“But he told me everything I needed to know at that moment — everybody was out and down by the lake,” she said.
Nobody realized just how severe Aaron’s injuries were.
Burns take a while to manifest, “so it just looked like he had a bad sunburn,” said Harrietta.
But the cool lake soon had Aaron’s skin blistering and worse —“His skin started falling off,” said Tess.
One of the neighbors who was a nurse began wrapping his leg before the ambulance brought him to the St. Mary’s emergency room in Detroit Lakes.
Tess didn’t even have shoes on her feet as she boarded the ambulance with Aaron.
It wasn’t long after he arrived in the ER, that doctors determined he should be transferred to the Hennepin County Burn Unit where he would stay in intensive care.
“It didn’t really hit me until I saw him there all wrapped up in the bed,” said Tess. “It was really overwhelming, and it really shocked me into reality.”
The newlywed couple began pondering all of the things that could have meant the difference between life and death.
What if Tess hadn’t opened the garage door just moments before the explosion? What if Aaron hadn’t taken his contacts out right before the incident?
“My doctor says they would have melted into my eyes,” he said, adding that he also wasn’t wearing his usual polyester shorts that would’ve burned into his thighs.
“And that’s a good thing because that’s where they took my skin grafts from,” he said, adding that those surgeries were the most pain he’d ever experienced in his life.
But between his mom, his dad, his wife and other family and friends, Aaron was rarely alone during his long, painful recovery.
“For a mom, when your grown child is crying, all you want to do is comfort them, but you know you can’t — all you can do is cry with them,” said Harrietta.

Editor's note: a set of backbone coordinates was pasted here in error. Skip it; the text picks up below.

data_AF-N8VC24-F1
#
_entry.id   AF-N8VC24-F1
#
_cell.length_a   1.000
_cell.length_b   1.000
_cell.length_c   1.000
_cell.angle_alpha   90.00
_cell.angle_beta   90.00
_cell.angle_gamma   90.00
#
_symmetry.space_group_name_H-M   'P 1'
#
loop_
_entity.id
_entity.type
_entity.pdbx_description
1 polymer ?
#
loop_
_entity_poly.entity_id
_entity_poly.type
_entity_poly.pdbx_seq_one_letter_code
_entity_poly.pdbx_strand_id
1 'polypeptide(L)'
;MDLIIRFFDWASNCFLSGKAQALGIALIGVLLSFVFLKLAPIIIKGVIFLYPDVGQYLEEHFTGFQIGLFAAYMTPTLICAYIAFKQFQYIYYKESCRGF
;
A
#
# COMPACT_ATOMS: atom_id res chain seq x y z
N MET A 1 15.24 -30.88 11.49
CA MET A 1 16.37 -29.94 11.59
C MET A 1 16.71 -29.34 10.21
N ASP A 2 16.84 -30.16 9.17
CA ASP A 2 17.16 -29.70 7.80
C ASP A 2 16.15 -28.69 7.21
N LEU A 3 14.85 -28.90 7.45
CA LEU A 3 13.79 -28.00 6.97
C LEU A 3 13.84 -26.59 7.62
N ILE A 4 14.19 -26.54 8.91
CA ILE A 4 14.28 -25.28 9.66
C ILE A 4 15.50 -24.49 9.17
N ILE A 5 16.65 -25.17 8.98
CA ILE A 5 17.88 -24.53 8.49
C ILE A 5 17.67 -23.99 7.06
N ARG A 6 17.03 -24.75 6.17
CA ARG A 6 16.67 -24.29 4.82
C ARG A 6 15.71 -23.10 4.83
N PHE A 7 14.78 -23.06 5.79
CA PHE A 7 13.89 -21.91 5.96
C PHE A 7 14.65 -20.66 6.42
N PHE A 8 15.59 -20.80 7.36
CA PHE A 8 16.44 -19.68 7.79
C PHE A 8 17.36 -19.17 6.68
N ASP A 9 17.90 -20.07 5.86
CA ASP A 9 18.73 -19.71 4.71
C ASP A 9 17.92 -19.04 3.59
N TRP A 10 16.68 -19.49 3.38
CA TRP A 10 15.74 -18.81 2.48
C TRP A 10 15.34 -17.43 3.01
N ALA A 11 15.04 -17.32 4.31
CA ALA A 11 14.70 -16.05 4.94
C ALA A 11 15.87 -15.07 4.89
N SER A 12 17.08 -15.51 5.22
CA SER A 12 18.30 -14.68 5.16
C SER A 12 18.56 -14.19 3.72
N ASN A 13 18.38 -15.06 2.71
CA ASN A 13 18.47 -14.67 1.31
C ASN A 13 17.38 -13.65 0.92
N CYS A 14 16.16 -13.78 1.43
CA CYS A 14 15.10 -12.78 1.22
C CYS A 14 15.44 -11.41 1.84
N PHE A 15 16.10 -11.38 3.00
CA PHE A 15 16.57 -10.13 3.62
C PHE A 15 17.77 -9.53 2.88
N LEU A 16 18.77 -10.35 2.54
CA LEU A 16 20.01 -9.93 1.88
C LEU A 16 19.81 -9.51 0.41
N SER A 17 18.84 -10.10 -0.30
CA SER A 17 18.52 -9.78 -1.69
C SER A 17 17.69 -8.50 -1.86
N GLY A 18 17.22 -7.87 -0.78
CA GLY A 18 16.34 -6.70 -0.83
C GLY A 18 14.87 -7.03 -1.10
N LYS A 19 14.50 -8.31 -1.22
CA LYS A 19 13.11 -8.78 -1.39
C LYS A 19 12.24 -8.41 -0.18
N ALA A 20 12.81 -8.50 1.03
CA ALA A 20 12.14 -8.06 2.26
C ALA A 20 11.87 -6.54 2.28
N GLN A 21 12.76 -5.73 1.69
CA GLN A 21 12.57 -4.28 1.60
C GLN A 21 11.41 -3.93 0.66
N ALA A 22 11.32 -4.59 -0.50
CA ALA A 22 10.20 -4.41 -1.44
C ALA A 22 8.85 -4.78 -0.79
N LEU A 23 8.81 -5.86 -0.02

Aaron left the Hennepin Burn Unit after three and a half weeks — a fast recovery for the severity of injuries.
He credits his attitude and the attitude of the friends and family surrounding him every day.
“My dad always likes to say ‘Everyone is dealt a bad hand in life, but it’s all about how you play your cards.’ You can make a losing hand a winner depending on how you play them.”
Tess and Aaron are now back home where Aaron is slowly getting back to his job designing bridges for an engineering company in Fargo, and Tess is working on her degree in occupational therapy.
Ironically, she now has a pretty good case to practice on.
“I’ll definitely know what the significant others are going through, so hopefully I’ll be able to provide some comfort that way, too,” she said, confident that this accident happened for a higher reason, and that her and Aaron would eventually find a way to make a difference from it.
What is important, says Aaron, is good friends and family.
“And mine are as good as it gets,” he said, smiling.
Now, those friends and family are working together to throw a benefit for Aaron and Tess, to take place Saturday, Oct. 12. at the Shorewood Pub from 4 to 8 p.m. A free will pork loin donation dinner will be served, along with beer tasting, a rifle auction, raffles and a silent auction.
Cash contributions or prize donations for the benefit can be dropped off at First Security Bank in Detroit Lakes.